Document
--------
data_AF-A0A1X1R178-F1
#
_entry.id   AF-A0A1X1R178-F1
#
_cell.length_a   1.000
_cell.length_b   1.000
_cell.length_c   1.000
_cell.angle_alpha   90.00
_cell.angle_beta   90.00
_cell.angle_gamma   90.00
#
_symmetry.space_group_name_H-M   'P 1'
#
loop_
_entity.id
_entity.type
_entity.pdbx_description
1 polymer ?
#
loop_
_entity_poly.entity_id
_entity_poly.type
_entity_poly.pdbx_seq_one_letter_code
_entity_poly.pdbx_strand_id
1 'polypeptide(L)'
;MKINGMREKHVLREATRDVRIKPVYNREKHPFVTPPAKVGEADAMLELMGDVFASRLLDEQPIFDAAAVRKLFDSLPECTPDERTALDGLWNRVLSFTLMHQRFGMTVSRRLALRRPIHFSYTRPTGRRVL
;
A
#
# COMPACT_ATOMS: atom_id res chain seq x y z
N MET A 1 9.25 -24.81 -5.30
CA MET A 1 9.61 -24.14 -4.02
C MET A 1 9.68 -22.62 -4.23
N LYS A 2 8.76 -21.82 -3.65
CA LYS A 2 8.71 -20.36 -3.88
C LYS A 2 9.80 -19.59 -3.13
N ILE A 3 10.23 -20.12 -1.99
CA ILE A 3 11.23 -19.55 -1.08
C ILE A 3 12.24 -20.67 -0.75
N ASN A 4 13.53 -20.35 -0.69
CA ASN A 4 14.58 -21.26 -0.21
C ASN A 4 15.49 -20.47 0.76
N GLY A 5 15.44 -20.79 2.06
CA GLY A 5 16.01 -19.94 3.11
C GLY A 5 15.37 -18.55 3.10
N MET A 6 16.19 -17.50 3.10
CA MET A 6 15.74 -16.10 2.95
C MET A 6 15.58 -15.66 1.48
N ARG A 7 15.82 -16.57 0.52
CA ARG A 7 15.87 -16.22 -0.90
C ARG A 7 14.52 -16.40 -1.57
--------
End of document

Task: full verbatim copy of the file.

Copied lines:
data_AF-A0A1X1R178-F1
#
_entry.id   AF-A0A1X1R178-F1
#
_cell.length_a   1.000
_cell.length_b   1.000
_cell.length_c   1.000
_cell.angle_alpha   90.00
_cell.angle_beta   90.00
_cell.angle_gamma   90.00
#
_symmetry.space_group_name_H-M   'P 1'
#
loop_
_entity.id
_entity.type
_entity.pdbx_description
1 polymer ?
#
loop_
_entity_poly.entity_id
_entity_poly.type
_entity_poly.pdbx_seq_one_letter_code
_entity_poly.pdbx_strand_id
1 'polypeptide(L)'
;MKINGMREKHVLREATRDVRIKPVYNREKHPFVTPPAKVGEADAMLELMGDVFASRLLDEQPIFDAAAVRKLFDSLPECTPDERTALDGLWNRVLSFTLMHQRFGMTVSRRLALRRPIHFSYTRPTGRRVL
;
A
#
# COMPACT_ATOMS: atom_id res chain seq x y z
N MET A 1 9.25 -24.81 -5.30
CA MET A 1 9.61 -24.14 -4.02
C MET A 1 9.68 -22.62 -4.23
N LYS A 2 8.76 -21.82 -3.65
CA LYS A 2 8.71 -20.36 -3.88
C LYS A 2 9.80 -19.59 -3.13
N ILE A 3 10.23 -20.12 -1.99
CA ILE A 3 11.23 -19.55 -1.08
C ILE A 3 12.24 -20.67 -0.75
N ASN A 4 13.53 -20.35 -0.69
CA ASN A 4 14.58 -21.26 -0.21
C ASN A 4 15.49 -20.47 0.76
N GLY A 5 15.44 -20.79 2.06
CA GLY A 5 16.01 -19.94 3.11
C GLY A 5 15.37 -18.55 3.10
N MET A 6 16.19 -17.50 3.10
CA MET A 6 15.74 -16.10 2.95
C MET A 6 15.58 -15.66 1.48
N ARG A 7 15.82 -16.57 0.52
CA ARG A 7 15.87 -16.22 -0.90
C ARG A 7 14.52 -16.40 -1.57